I'm still training for umstead 100. I ran holiday lake 50k as a long training run on feb 12th. had near perfect conditions. Ran most of the race with Marc Guzzi :) ended up running 5:24 18 min PR and I never was really in a hurry all day. so I am pleased with where I am right now fitness wise as opposed to this time last year. and it was SO great to see all my friends and make new friends at this year's holiday lake. I love going to LUS series races because they really are like a family reunion to me now. :)
• U100 is a temptress. Seems so easy, this loop. Lotsa flat stretches in the first 3 miles. No significant uphills. Not a rock in sight. And so much energy at that start, thanks to some 275 runners all gracing that still-in-the-dark starting line. Note: The largest finishing field in race history was last year's 130. Very nearly everybody goes out way too fast. So hard not to get caught up in that. Suggestion: Every mile is marked with a pie plate. Have a pacing plan. Stick to your plan.
• There is only one reason to DNF at U100: injury. Adam Bookspan walked the entire U100 in 27:11 one year. Every step. That's faster than two of my finishes. Here's a thing about U100: The fun factor takes a serious dip once the lights go out. Most of the 50-mile people are done. And lots of the other first-timers quit a lap later. That start-finish aid station feels like a M*A*S*H unit after dark. If possible, stay the hell out of that lodge unless you are rocking this thing. I have taken naps at the outbound manned aid station most years. One year, I slept 1 hour. Another year, I slept THREE hours. And one other year after blitzing the 9:25 first 50 in 91F heat, I walked from 70M to 80M, slept 2 hours, walked to 85M, slept 30 minutes, then shuffled in and STILL did 27:30. Message: This is not as hard as Grindstone or MMT, but it is still 100 miles. If you are not injured, there is no good reason to quit. Do. Not. Quit.
• Front Nine and Back Nine: I divide U100 into two parts. The Front Nine is pretty daggone flat. The Back Nine has some rollers and then one fairly long downhill (Mile 10) followed by a short, fairly steep uphill. The Front Nine features the pancake-flat Spur, an water/goo stop at about 3.5M, unmanned water stop at about 5.5M and then the manned, fully stocked aid station at 6.75M. That's where your drop bag can be. Dunno what you have in mind with Brock and the kiddos, but I would suggest throwing some warm clothes in a bag for here just in case. Maybe some spare batteries, too. Better safe than not. Back Nine includes water at about 8.5M and then at the crest of the "big" hill at just before 11M (the same stop as the one at 3.5M). Perspective on the "hill": you can see all the way to the top of it from the bottom; and it takes less than 4 minutes to run up it. From the unmanned water/goo stop, it's 1.5M or so back to the start-finish. The the start of the race, we go out the gravel road and skip the single-track and other gravel road. On the return and every loop after that, we do the gravel road/single-track option. You'll feel right at home on this stretch. :)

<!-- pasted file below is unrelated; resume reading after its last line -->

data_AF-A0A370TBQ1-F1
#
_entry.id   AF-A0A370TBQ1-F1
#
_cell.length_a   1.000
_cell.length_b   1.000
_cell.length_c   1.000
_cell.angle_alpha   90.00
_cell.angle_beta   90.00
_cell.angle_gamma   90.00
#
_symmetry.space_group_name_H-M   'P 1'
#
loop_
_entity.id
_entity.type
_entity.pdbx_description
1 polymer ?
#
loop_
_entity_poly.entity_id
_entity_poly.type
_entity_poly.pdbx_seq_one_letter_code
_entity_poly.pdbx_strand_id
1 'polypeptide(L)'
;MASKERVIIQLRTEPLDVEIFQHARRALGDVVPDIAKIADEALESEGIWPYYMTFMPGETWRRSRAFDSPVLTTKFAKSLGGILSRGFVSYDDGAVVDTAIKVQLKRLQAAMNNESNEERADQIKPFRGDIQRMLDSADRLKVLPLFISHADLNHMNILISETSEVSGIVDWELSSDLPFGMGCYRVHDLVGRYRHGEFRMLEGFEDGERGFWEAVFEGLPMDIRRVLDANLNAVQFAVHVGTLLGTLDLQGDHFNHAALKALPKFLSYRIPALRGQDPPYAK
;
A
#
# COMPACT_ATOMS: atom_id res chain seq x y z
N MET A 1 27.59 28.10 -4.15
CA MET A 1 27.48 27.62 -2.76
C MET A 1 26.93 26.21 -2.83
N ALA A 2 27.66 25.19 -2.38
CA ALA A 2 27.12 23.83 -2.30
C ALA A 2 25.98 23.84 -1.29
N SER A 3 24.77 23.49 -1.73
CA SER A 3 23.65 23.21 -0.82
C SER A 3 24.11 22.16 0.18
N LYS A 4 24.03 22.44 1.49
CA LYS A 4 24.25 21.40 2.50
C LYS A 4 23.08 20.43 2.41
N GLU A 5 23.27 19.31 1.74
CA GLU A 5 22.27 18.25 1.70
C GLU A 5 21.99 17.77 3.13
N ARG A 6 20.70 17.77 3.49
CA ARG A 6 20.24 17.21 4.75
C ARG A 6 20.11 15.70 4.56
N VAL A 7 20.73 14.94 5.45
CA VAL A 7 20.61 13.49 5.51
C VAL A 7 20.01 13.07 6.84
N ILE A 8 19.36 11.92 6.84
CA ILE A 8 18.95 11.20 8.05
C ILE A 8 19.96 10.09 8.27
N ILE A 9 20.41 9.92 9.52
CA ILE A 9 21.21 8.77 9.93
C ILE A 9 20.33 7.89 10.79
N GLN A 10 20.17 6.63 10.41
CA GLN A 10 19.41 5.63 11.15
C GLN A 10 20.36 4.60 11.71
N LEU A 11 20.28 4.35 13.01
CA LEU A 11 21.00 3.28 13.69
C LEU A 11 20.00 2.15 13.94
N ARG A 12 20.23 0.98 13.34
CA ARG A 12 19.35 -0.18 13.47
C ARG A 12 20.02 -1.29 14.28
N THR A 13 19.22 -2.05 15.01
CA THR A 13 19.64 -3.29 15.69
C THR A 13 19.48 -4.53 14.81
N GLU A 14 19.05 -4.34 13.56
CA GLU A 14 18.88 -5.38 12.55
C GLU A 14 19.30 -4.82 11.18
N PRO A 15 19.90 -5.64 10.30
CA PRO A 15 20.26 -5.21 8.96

• U100 is the sneakiest one around. I have 11 100-mile finishes here. I also have 4 other times when I have bagged it after at least 50. Except for the Hurricane Year when I got as close to hypothermia as I ever want to come, I have quit because I went out way too fast, totally cratered and then was feeling really, really bad at exactly the wrong time ... when my car was within sight. Whew! It's the hardest thing about a 12.5-mile loop: those 2-3 times late in the game when you come past your car, your kids, that raging fire in the lodge, the showers, and all those lonely looking people who have given up. Suggestion: The local North Carolina Road Runners chapter has a plethora of volunteer pacers. Most are there itching to do one loop just to get a feel for what it's like out there. If you are hurting, take one. Jenny, taking a pacer for Lap 6 or Lap 7 has saved my *** three or four times.